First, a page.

NASA publishes never-before-seen photos of ‘ravioli’ moon orbiting Saturn

The National Aeronautics and Space Administration (NASA) dropped never-before-seen photos of one of Saturn’s moons while comparing them to well-known food dishes.

“Ravioli, pierogi, empanada… What do you see? No wrong answers,” NASA posted on its Instagram account Monday, accompanied by pictures of Pan, the innermost of Saturn’s moons.

The photos, which were taken from the Cassini spacecraft, show the unique moon in a new level of detail.

According to the space agency, the ridge around the equator of Pan has similar characteristics to Atlas, another moon that orbits Saturn. That ridge gives Pan its unique “dumpling” shape, according to NASA.

Pan orbits Saturn from inside a gap in one of the planet’s rings, the post explained, making an orbit around the planet every 13.8 hours at an altitude of 83,000 miles.

The two images show how the Cassini spacecraft’s perspective of Pan changed as it passed within 15,300 miles of the moon, the craft’s closest ever encounter with Pan.


Pan orbits Saturn from inside a gap in one of the planet's rings, the post explained, making an orbit around the planet every 13.8 hours at an altitude of 83,000 miles.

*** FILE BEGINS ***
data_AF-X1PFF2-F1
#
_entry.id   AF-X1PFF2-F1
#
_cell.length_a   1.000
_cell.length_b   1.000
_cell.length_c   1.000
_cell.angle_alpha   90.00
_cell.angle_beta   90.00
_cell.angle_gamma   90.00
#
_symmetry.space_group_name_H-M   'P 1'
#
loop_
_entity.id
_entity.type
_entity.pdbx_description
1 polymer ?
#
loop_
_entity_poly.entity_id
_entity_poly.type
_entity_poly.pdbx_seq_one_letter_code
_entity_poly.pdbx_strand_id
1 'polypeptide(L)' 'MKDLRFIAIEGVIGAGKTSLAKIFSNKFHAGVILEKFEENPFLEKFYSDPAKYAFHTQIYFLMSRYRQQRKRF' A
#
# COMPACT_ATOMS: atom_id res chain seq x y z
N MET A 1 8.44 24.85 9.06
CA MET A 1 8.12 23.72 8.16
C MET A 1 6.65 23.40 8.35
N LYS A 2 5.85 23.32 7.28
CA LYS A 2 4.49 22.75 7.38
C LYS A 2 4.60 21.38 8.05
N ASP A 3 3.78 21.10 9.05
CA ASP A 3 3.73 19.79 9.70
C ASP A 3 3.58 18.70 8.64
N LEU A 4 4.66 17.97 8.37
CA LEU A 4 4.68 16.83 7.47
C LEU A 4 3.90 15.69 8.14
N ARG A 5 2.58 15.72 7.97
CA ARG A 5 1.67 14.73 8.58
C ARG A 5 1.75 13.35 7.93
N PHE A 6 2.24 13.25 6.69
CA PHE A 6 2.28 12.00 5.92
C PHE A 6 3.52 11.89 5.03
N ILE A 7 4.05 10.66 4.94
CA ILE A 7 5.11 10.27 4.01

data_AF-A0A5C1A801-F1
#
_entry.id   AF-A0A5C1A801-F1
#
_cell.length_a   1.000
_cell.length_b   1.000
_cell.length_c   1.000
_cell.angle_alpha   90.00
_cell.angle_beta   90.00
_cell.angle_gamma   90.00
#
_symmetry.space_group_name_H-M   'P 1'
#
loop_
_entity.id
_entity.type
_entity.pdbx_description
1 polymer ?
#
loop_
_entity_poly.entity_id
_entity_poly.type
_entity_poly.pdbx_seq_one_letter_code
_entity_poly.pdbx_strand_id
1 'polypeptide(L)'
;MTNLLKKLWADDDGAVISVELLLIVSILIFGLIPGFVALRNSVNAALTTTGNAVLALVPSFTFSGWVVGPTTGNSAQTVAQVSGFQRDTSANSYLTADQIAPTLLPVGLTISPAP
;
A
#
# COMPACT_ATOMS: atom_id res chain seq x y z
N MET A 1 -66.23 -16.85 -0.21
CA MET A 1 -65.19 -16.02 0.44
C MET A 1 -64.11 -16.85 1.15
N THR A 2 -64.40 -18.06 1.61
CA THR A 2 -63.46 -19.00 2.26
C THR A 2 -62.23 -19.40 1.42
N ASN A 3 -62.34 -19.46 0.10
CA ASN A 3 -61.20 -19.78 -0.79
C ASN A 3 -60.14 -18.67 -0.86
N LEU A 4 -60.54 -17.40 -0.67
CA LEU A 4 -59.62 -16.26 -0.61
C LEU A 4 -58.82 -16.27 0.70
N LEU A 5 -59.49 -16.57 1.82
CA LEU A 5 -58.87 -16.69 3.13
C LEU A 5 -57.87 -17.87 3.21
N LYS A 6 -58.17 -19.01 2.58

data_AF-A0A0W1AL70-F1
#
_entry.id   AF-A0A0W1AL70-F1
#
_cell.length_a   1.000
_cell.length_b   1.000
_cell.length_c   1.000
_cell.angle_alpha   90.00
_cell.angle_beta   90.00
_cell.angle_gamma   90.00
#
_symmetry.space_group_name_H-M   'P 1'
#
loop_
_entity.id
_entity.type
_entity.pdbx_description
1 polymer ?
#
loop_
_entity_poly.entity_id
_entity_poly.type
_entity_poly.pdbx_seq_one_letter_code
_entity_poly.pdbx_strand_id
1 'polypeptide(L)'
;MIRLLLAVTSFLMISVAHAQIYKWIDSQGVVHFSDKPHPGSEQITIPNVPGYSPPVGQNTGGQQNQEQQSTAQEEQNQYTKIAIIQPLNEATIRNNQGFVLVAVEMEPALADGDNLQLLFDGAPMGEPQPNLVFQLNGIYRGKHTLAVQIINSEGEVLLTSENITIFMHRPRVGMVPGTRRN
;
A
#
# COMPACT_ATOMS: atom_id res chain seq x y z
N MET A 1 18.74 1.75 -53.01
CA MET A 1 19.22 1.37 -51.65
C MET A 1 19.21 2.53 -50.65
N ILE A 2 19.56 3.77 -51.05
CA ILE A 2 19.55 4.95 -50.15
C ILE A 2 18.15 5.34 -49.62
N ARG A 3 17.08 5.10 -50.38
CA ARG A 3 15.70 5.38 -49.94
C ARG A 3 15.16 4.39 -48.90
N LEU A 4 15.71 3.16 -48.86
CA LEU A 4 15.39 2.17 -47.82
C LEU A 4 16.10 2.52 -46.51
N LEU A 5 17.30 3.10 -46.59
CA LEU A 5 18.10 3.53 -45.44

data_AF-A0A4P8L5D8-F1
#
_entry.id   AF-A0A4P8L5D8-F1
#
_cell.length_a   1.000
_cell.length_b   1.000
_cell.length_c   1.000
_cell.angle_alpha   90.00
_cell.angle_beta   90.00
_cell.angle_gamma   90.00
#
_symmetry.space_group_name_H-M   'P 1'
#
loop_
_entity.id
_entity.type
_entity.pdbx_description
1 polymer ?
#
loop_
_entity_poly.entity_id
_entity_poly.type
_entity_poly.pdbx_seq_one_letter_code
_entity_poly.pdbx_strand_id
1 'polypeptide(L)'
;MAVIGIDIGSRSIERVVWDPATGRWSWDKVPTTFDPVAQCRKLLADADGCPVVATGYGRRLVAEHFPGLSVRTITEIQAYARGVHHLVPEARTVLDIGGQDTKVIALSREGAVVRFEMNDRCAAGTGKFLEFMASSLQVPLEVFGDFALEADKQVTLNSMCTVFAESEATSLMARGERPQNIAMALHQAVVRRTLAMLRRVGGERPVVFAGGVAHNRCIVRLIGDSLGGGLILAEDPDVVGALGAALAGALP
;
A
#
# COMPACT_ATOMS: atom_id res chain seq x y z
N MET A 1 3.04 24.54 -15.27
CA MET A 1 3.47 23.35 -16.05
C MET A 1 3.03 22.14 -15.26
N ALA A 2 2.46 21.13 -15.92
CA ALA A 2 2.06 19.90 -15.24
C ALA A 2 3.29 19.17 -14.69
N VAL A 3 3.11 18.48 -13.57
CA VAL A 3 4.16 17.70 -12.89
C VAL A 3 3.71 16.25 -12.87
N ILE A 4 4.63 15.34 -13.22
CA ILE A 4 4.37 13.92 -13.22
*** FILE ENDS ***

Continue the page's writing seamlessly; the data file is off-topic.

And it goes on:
Pan orbits Saturn from inside a gap in one of the planet’s rings, the post explained, making an orbit around the planet every 13.8 hours at an altitude of 83,000 miles.
HUM Images/Universal Images Grou

Pan was originally discovered by M.R. Showalter “using images taken by the Voyager 2 spacecraft nine years earlier,” according to a page about the moon on NASA’s website.

According to Space.com, Saturn has 145 moons that are currently recognized by the International Astronomical Union.

That number rose significantly in May this year as 62 new moons were discovered by a team of scientists led by Edward Ashton.


Saturn and its moons Dione (front), Tethys and Mimas (right), Enceladus and Rhea (left), and Titan (distant top), as depicted by the Voyager 1 spacecraft, November 1980.
Saturn and its moons Dione (front), Tethys and Mimas (right), Enceladus and Rhea (left), and Titan (distant top), as depicted by the Voyager 1 spacecraft, November 1980.
Getty Images

While most of Saturn’s moons were originally named for Greco-Roman Titans, the discovery of many new moons forced scientists to start using names from other mythologies such as Gallic, Inuit and Norse stories, according to NASA.

“Pan, a satyr (a creature resembling a man with the hind legs and hooves of a goat), is a Greek god of nature and the forest,” NASA explains on its website.

source: nypost.com